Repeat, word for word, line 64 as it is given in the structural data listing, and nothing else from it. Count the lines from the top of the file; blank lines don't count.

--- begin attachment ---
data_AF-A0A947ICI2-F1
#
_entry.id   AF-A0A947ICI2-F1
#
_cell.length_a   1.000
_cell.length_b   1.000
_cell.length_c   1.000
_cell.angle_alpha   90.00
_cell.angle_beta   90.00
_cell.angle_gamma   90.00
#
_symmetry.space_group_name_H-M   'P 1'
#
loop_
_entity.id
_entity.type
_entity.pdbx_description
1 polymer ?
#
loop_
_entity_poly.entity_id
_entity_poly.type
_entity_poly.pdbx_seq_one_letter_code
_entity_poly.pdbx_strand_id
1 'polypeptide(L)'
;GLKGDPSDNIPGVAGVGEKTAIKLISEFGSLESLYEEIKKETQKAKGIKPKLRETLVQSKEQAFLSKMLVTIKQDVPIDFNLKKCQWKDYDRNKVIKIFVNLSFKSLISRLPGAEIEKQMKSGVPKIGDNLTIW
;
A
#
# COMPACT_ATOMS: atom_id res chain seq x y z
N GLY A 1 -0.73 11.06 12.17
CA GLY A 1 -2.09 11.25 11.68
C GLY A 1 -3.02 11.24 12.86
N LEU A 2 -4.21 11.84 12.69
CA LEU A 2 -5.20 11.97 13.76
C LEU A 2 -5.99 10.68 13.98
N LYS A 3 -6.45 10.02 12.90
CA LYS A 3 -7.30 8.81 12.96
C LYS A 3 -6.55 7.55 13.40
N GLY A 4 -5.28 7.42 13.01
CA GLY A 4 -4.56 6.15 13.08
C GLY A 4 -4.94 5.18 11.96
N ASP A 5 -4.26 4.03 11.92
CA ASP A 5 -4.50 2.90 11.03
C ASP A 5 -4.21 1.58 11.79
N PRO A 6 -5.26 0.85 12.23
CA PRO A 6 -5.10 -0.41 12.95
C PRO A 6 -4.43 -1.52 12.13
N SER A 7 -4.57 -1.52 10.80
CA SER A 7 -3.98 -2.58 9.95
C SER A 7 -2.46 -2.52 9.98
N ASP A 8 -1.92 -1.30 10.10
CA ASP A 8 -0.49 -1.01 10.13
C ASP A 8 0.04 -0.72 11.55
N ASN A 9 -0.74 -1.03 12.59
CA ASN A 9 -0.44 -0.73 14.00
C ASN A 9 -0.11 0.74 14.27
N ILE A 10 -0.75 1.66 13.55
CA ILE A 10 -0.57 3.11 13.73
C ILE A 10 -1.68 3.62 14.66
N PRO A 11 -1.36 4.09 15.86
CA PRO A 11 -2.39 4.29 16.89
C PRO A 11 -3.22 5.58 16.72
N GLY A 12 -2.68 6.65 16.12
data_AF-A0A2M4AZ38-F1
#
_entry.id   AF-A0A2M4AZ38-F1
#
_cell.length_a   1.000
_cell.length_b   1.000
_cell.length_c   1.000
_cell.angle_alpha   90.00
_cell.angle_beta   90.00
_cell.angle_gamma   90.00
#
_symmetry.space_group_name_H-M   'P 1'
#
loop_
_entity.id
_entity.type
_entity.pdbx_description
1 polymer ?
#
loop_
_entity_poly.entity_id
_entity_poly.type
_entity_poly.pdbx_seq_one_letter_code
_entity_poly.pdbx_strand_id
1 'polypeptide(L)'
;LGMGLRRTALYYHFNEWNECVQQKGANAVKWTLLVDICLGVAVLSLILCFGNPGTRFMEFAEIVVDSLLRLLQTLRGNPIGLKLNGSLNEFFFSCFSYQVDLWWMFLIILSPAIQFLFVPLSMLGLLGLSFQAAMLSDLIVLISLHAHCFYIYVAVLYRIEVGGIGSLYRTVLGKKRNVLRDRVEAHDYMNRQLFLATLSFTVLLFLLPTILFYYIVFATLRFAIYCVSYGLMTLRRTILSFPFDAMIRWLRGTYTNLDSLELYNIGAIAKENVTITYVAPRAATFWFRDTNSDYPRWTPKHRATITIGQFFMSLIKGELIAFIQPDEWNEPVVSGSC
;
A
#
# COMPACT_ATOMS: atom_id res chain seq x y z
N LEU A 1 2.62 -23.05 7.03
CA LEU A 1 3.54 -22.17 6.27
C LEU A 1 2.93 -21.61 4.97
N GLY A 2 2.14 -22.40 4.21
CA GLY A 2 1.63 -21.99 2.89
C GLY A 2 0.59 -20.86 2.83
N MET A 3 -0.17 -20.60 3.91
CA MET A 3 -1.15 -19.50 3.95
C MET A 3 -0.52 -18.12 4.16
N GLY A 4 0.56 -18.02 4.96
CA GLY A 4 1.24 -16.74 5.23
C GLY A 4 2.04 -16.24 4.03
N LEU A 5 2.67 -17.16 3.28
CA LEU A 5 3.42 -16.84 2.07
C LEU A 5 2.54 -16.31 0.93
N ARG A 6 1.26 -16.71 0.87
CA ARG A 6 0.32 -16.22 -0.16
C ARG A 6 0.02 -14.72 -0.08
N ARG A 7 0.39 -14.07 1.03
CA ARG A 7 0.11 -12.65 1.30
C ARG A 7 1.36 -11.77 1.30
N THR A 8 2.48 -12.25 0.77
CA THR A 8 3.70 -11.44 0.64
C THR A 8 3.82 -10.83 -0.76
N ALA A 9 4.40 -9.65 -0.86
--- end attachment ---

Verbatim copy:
N GLY A 12 -2.68 6.65 16.12